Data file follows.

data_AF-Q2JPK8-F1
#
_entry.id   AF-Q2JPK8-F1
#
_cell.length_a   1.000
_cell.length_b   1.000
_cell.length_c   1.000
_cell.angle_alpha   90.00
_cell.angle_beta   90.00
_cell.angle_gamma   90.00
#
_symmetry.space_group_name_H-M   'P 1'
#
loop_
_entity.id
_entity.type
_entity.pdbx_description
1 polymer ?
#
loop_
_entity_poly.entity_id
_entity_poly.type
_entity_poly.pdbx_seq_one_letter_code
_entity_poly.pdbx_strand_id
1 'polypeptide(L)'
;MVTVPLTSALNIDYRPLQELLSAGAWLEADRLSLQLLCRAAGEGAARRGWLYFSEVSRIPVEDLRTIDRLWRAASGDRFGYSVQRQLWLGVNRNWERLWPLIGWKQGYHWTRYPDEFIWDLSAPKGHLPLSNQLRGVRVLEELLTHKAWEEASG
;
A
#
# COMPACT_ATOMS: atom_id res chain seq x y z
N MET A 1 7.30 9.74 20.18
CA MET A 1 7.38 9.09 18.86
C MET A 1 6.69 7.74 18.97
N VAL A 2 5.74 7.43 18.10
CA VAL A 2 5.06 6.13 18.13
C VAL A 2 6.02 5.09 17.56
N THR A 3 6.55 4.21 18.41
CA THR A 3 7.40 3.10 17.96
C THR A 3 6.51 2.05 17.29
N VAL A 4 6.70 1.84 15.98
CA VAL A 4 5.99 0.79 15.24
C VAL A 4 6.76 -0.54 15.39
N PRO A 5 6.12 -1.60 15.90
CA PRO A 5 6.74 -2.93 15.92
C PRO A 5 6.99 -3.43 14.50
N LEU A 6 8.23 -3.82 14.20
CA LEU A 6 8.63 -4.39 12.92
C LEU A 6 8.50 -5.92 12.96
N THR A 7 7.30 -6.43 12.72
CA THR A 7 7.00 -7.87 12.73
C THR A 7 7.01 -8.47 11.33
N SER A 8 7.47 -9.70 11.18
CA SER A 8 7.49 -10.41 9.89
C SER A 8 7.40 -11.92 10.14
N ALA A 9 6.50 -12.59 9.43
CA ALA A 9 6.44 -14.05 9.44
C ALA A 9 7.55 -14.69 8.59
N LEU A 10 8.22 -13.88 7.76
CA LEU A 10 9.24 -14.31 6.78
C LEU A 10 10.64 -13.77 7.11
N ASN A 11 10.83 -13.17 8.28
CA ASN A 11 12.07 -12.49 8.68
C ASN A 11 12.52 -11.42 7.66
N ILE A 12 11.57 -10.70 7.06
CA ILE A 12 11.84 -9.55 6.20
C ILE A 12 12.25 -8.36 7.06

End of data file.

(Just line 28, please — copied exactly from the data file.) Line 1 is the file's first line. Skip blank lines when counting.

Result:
A